But they offered me this small bit of certainty, and I clung to it. When the feeling recede like the tides, they said, they will leave an imprint. I would somehow be marked by the presence of an unbidden God.

Kate Bowler (Everything Happens For A Reason, Pg:122)

I can’t reconcile the way that the world is jolted by events that are wonderful and terrible, the gorgeous and the tragic. Except I am beginning to believe that these opposites do not cancel each other out.

Kate Bowler (Everything Happens For A Reason, Pg:123)

GOD, we can feel Him, in happiness and in grief. We thank him when we feel obliged to Him for the blessings that He bestows on us. We also fight with Him, become sad from Him, ask questions for the grief and pain that we think He has given us. Like wise the author feels blessed for the son and the family she has but also questions Him for the intense grief that she has due to the colon cancer that has eventually changed her life completely.

The horror of cancer has made everything seem like it is painted in bright colors. I think the same thoughts again and again: Life is so beautiful. Life is so hard.

Kate Bowler (Everything Happens For A Reason, Pg:123)

Sometimes this ability to live in the moment feels like a gift. My pain pain feels connected to the pain of others somehow, I notice the look of exhaustion on the young mom’s face at the grocery store and help her with her cart. I stop to talk to the homeless man sitting on the corner. I give money away more freely, less begrudgingly. I can see now how hard people work to keep it together, but the walls that keep their lives from falling apart are brittle.

Kate Bowler (Everything Happens For A Reason, Pg:144)

God, I am walking to the edge of a cliff. Build me a bridge, I need to get to the other side.

Kate Bowler (Everything Happens For A Reason, Pg:145)

It feels impossible to translate the kernel of truth: I’m not dying. I am not terminal. I am keeping vigil in the place of almost death. I stand in the in-between where everyone must pass, but so few can remain.

Kate Bowler (Everything Happens For A Reason, Pg:147)

The world is a balance sheet. Subtract from one column, add to another, as if we could all agree to share pieces of this too-short, too-short, too-long life.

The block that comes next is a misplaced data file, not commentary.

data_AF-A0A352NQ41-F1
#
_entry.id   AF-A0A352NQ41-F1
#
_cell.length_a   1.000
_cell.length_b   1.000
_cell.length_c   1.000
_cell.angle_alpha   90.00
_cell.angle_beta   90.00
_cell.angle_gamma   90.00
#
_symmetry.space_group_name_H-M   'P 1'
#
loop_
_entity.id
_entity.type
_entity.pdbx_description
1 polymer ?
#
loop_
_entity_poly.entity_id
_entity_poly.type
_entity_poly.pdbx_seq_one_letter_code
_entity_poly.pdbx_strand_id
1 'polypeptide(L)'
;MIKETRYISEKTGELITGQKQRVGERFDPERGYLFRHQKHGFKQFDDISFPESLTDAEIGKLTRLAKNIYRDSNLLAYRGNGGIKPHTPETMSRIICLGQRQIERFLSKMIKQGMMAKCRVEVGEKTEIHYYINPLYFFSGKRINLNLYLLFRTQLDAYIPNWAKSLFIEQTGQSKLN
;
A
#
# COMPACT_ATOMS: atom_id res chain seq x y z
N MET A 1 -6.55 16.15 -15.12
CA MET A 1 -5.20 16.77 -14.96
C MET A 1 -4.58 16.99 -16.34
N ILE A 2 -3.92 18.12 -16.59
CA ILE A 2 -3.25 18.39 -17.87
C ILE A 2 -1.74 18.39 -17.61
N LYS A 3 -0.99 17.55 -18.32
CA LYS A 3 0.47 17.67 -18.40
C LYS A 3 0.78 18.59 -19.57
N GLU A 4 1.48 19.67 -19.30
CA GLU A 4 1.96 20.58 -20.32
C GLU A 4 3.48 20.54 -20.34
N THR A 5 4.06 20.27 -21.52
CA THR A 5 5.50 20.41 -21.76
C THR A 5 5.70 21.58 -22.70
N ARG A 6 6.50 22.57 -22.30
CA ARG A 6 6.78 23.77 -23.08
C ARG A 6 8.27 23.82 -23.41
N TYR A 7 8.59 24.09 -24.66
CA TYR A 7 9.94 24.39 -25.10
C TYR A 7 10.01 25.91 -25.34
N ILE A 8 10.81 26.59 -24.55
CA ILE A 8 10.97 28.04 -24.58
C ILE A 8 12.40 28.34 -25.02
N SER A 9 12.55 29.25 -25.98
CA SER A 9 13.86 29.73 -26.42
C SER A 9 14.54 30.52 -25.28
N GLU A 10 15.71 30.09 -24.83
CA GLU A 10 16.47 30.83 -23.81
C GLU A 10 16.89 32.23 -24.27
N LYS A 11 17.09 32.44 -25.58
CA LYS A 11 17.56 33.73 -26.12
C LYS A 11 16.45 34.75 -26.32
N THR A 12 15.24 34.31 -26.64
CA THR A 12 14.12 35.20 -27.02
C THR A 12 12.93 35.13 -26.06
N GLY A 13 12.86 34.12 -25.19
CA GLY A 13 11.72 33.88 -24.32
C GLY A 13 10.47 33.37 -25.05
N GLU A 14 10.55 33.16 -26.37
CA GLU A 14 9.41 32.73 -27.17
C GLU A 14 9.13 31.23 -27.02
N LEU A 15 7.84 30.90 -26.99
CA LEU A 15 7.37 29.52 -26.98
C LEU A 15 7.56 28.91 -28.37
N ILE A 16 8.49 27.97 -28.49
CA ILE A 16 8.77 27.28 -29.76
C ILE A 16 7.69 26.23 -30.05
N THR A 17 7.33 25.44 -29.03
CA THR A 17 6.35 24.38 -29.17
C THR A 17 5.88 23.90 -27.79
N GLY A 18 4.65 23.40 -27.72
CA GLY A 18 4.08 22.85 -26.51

Kate Bowler (Everything Happens For A Reason, Pg:149)

But I don’t want ice cream, I want a world where there is no need fo pediatric oncology, UNICEF, military budgets, or suicidal rails on the top floor of tall buildings. The world would drip with mercy. Thy kingdom come, I pray, and my heart aches. And my tongue trips over the rest. Thy will be done.

Kate Bowler (Everything Happens For A Reason, Pg:151)

I failed to love what was present and decided to love what was possible instead. I must learn to live in ordinary time, but I don’t know how.

Kate Bowler (Everything Happens For A Reason, Pg:156)

Plans are made. Plans come apart. New delights or tragedies pop up in their place. And nothing human or divine will map out this life, this life that has been more painful than I could have imagined. More beautiful than I could have imagined.

Kate Bowler (Everything Happens For A Reason, Pg:161)

A short list of what not to say and what to say to people suffering with terminal disease or intense pain is truly incredible. Through this book I got to learn how we often become judgmental and pass our comments without understanding the person who is in pain or completely lost due to sudden changes. We should be careful while choosing our words and framing sentences for people suffering with terminal illness because they do not need that sad look or our judgements. What they need is just a feeling that we are with them. They do not need sympathy, they need love, care and support.

The feeling of the author are real, intense, full of emotion, happiness and sadness. The book is not a sad story, it is a mixture of feelings, emotions, courage, breakdowns, etc. The story is about a family, how it fights from cancer, about the friends who stand by her friend in the crucial time. I bet, you will enjoy reading this autobiography. The book is a good read indeed.

Thank you for stopping by and reading 📖🙏🙏.

About Dr Namrata, Ph.D.

Author is a PhD in Botany (Environmental Science) with keen interest in Biotechnology and Research work. Currently, she is a full time blogger, posting her views and thoughts related to Science and Life.